Our research fosters a synergy between studies of nonribosomal peptide synthetases and NMR method developments. The high significance of NRPSs provides a strong motivation to overcome experimental challenges and hence develop new methods. NRPSs are microbial enzymatic assembly lines that produce important natural products that confer virulence to pathogens (Vibrio cholera, Mycobacterium tuberculosis, Yersinia pestis-our system) or that are valuable therapeutics, including antibiotics (penicillin, bacitracin), antitumor agents (bleomycin, epothilone), and immunosuppressants (rapamycin). Understanding NRPS synthesis may not only help combat virulence but also produce novel pharmaceuticals. Our immediate goal is to determine the molecular mechanism for the interplay between NRPS chemistry and domain communication, while determining uncharacterized NRPS domain structures. Simultaneously, we develop NMR methods to overcome challenges (complexity of NMR spectra, sensitivity losses) or to provide a more complete description of molecular events. The new methods then provide access to NMR studies of NRPS domains heretofore unamenable for the technique. Our overarching goal is to provide a molecular basis for silencing or reprogramming of NRPSs.



NRPSs use multiple domains, organized in contiguous modules, to covalently load, modify, and join simple substrates in an assembly line fashion and produce complex secondary metabolites. Substrates are tethered to a phosphopantetheine arm post-translationally introduced on a thiolation domain (T) that visits partner catalytic domains during synthesis. This remarkable organization holds the promise of producing novel pharmaceuticals by swapping domains or modules to reprogram NRPS assembly lines. However, many NRPS domain interactions remain uncharacterized, the structure and mechanism of important domains are unknown, and artificially engineered NRPSs are generally unproductive. Moreover, NRPSs are subject to both inter- and intra-domain dynamics. Thus, NRPSs are not rigid assemblies but undergo a series of sequential, transient domain interactions to perform successive catalytic steps. This finding poses new challenges to NRPS engineering or, in general, to understanding the biosynthesis of their natural products. To understand NRPS domain communication, it is not sufficient to identify binding surfaces between domains or determine the structure of multidomain units. One must also characterize the energetics, kinetics, and dynamics involved in competing molecular interactions and unravel their molecular mechanisms. To this aim, we use a combination of NMR studies, biochemistry, and biophysical techniques, and we apply them to various combinations of NRPS domains.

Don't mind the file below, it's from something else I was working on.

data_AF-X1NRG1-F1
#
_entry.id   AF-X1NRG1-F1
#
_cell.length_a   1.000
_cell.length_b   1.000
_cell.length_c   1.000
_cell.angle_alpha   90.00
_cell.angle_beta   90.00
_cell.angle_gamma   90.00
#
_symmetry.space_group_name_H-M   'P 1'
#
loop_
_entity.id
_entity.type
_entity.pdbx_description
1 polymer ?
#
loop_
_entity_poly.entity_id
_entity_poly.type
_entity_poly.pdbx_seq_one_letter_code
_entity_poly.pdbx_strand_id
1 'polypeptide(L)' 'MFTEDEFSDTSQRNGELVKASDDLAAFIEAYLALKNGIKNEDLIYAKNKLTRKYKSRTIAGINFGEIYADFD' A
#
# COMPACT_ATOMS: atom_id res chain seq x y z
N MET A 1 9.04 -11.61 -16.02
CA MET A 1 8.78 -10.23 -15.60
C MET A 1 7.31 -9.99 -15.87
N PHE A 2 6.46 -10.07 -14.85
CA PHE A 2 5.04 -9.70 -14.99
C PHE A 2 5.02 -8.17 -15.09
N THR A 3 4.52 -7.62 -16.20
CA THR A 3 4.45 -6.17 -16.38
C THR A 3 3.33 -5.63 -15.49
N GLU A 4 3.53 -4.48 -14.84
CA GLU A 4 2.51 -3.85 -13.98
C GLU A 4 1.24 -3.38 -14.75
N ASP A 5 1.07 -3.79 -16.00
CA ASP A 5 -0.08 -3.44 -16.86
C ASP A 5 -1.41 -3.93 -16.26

The following example illustrates the unique information NMR studies can provide. We have found that NRPS thiolation domains (T) interact with their phosphopantetheine arms, and we have demonstrated that substrate loading alters this interaction in a manner that likely modulates the affinity between T domains and their binding partners. Rapid hydrolysis of tethered substrates had impeded structural studies of loaded carrier proteins. We overcame this obstacle by performing biochemistry in our NMR tubes, under conditions that convert T domains to their loaded forms and maintain them in that form during NMR experiments. This procedure also permitted for controlled incorporation of NMR isotopes and allowed us to probe for the dynamics of the phosphopantetheine arm before and after substrate loading. We found that, although they interact with T domains in a well-defined manner, as evidenced by our solution structures, prosthetic groups do so in a transient manner. Thus, they transition between states where they extend in solution in a disordered manner and states where they bind to the core carrier protein. Both states may be required at different moments during NRPS synthesis. All these observations have led to new hypotheses that are currently probed in our lab through a variety of experiments and methods.


We develop new experimental and computational NMR methods. For example, we have designed a mathematical procedure to facilitate resonance assignments in NMR studies. Traditional approaches consist in identifying spectroscopic patterns within a series of 3D NMR spectra and subsequently combining the information in hope of finding a unique solution. This task is arduous and demanding for large proteins, and we have translated it into mathematical operations applied to NMR spectra. We use covariance to identify patterns in pairs of spectra and element-wise matrix product to combine information from different pairs of spectra. The outcome is a 4D correlation map that combines all information otherwise provided separately by 3D spectra. With this correlation map, for each (H,N) amide correlation in an HN-HSQC, a second HN-HSQC reveals the signals of successor or predecessor amide groups. The procedure greatly facilitates backbone resonance assignment, and a variant was designed for methyl resonance assignments. To facilitate the accurate determination of distance constraints, we developed a pulse sequence enabling the simultaneous acquisition of 15N- and 13C-edited NOESY spectra through so-called non-uniform sampling. High resolution spectra can then be measured within a fortieth of that needed for conventional, sequential acquisition. Similar method developments are constantly ongoing in our laboratory as we carry on our challenging studies of NRPS molecular mechanisms.